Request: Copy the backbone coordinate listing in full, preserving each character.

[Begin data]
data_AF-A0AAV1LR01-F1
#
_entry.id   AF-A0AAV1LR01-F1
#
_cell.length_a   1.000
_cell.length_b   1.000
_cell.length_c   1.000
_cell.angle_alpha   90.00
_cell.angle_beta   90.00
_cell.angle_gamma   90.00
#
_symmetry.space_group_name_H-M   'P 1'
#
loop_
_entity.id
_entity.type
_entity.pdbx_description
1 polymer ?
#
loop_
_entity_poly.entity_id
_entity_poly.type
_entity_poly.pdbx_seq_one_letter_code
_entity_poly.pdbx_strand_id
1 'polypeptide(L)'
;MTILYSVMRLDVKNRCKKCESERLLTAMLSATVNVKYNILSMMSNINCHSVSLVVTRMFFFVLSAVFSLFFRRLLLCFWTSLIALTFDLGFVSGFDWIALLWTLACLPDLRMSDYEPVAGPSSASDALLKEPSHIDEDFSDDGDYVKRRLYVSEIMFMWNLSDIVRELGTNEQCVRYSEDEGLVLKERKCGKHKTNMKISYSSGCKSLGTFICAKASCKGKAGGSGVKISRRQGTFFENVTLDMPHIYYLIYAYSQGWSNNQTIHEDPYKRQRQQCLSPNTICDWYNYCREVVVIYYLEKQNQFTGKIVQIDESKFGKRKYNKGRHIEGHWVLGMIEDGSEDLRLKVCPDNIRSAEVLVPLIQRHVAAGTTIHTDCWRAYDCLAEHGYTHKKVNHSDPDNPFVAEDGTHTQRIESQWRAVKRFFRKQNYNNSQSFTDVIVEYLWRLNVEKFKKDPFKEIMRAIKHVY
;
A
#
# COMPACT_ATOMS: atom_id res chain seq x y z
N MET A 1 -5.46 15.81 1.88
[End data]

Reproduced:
data_AF-A0AAV1LR01-F1
#
_entry.id   AF-A0AAV1LR01-F1
#
_cell.length_a   1.000
_cell.length_b   1.000
_cell.length_c   1.000
_cell.angle_alpha   90.00
_cell.angle_beta   90.00
_cell.angle_gamma   90.00
#
_symmetry.space_group_name_H-M   'P 1'
#
loop_
_entity.id
_entity.type
_entity.pdbx_description
1 polymer ?
#
loop_
_entity_poly.entity_id
_entity_poly.type
_entity_poly.pdbx_seq_one_letter_code
_entity_poly.pdbx_strand_id
1 'polypeptide(L)'
;MTILYSVMRLDVKNRCKKCESERLLTAMLSATVNVKYNILSMMSNINCHSVSLVVTRMFFFVLSAVFSLFFRRLLLCFWTSLIALTFDLGFVSGFDWIALLWTLACLPDLRMSDYEPVAGPSSASDALLKEPSHIDEDFSDDGDYVKRRLYVSEIMFMWNLSDIVRELGTNEQCVRYSEDEGLVLKERKCGKHKTNMKISYSSGCKSLGTFICAKASCKGKAGGSGVKISRRQGTFFENVTLDMPHIYYLIYAYSQGWSNNQTIHEDPYKRQRQQCLSPNTICDWYNYCREVVVIYYLEKQNQFTGKIVQIDESKFGKRKYNKGRHIEGHWVLGMIEDGSEDLRLKVCPDNIRSAEVLVPLIQRHVAAGTTIHTDCWRAYDCLAEHGYTHKKVNHSDPDNPFVAEDGTHTQRIESQWRAVKRFFRKQNYNNSQSFTDVIVEYLWRLNVEKFKKDPFKEIMRAIKHVY
;
A
#
# COMPACT_ATOMS: atom_id res chain seq x y z
N MET A 1 -5.46 15.81 1.88